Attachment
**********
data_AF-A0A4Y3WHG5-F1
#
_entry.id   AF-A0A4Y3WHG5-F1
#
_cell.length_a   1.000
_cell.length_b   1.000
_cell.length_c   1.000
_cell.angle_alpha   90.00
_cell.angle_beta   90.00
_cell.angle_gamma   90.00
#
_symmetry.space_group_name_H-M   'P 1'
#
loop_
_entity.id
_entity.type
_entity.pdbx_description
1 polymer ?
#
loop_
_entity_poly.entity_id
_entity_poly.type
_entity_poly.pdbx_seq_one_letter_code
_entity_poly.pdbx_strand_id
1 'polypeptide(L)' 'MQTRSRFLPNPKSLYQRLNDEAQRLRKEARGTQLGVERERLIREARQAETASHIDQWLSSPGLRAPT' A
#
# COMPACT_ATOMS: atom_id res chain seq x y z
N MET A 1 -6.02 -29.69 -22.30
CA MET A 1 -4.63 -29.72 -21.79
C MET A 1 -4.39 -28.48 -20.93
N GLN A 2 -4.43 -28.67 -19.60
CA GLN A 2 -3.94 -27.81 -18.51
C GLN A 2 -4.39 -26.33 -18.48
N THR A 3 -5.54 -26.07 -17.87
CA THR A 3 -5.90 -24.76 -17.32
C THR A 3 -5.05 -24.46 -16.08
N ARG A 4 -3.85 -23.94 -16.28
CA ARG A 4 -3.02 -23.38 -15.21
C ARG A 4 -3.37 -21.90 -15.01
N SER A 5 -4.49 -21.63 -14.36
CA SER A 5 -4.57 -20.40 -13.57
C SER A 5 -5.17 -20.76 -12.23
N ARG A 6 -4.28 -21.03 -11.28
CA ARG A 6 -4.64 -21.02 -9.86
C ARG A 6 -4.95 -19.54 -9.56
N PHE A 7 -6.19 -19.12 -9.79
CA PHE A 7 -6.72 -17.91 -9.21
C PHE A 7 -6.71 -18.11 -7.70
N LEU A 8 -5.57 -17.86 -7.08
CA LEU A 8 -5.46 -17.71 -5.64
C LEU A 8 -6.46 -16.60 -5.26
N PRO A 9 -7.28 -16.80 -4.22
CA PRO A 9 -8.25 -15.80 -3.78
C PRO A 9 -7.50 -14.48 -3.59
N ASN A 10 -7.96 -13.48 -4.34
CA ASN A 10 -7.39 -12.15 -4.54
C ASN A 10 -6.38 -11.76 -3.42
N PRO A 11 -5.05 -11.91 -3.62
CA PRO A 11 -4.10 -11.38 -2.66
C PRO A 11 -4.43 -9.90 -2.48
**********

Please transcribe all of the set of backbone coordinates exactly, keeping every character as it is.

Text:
data_AF-A0A4Y3WHG5-F1
#
_entry.id   AF-A0A4Y3WHG5-F1
#
_cell.length_a   1.000
_cell.length_b   1.000
_cell.length_c   1.000
_cell.angle_alpha   90.00
_cell.angle_beta   90.00
_cell.angle_gamma   90.00
#
_symmetry.space_group_name_H-M   'P 1'
#
loop_
_entity.id
_entity.type
_entity.pdbx_description
1 polymer ?
#
loop_
_entity_poly.entity_id
_entity_poly.type
_entity_poly.pdbx_seq_one_letter_code
_entity_poly.pdbx_strand_id
1 'polypeptide(L)' 'MQTRSRFLPNPKSLYQRLNDEAQRLRKEARGTQLGVERERLIREARQAETASHIDQWLSSPGLRAPT' A
#
# COMPACT_ATOMS: atom_id res chain seq x y z
N MET A 1 -6.02 -29.69 -22.30
CA MET A 1 -4.63 -29.72 -21.79
C MET A 1 -4.39 -28.48 -20.93
N GLN A 2 -4.43 -28.67 -19.60
CA GLN A 2 -3.94 -27.81 -18.51
C GLN A 2 -4.39 -26.33 -18.48
N THR A 3 -5.54 -26.07 -17.87
CA THR A 3 -5.90 -24.76 -17.32
C THR A 3 -5.05 -24.46 -16.08
N ARG A 4 -3.85 -23.94 -16.28
CA ARG A 4 -3.02 -23.38 -15.21
C ARG A 4 -3.37 -21.90 -15.01
N SER A 5 -4.49 -21.63 -14.36
CA SER A 5 -4.57 -20.40 -13.57
C SER A 5 -5.17 -20.76 -12.23
N ARG A 6 -4.28 -21.03 -11.28
CA ARG A 6 -4.64 -21.02 -9.86
C ARG A 6 -4.95 -19.54 -9.56
N PHE A 7 -6.19 -19.12 -9.79
CA PHE A 7 -6.72 -17.91 -9.21
C PHE A 7 -6.71 -18.11 -7.70
N LEU A 8 -5.57 -17.86 -7.08
CA LEU A 8 -5.46 -17.71 -5.64
C LEU A 8 -6.46 -16.60 -5.26
N PRO A 9 -7.28 -16.80 -4.22
CA PRO A 9 -8.25 -15.80 -3.78
C PRO A 9 -7.50 -14.48 -3.59
N ASN A 10 -7.96 -13.48 -4.34
CA ASN A 10 -7.39 -12.15 -4.54
C ASN A 10 -6.38 -11.76 -3.42
N PRO A 11 -5.05 -11.91 -3.62
CA PRO A 11 -4.10 -11.38 -2.66
C PRO A 11 -4.43 -9.90 -2.48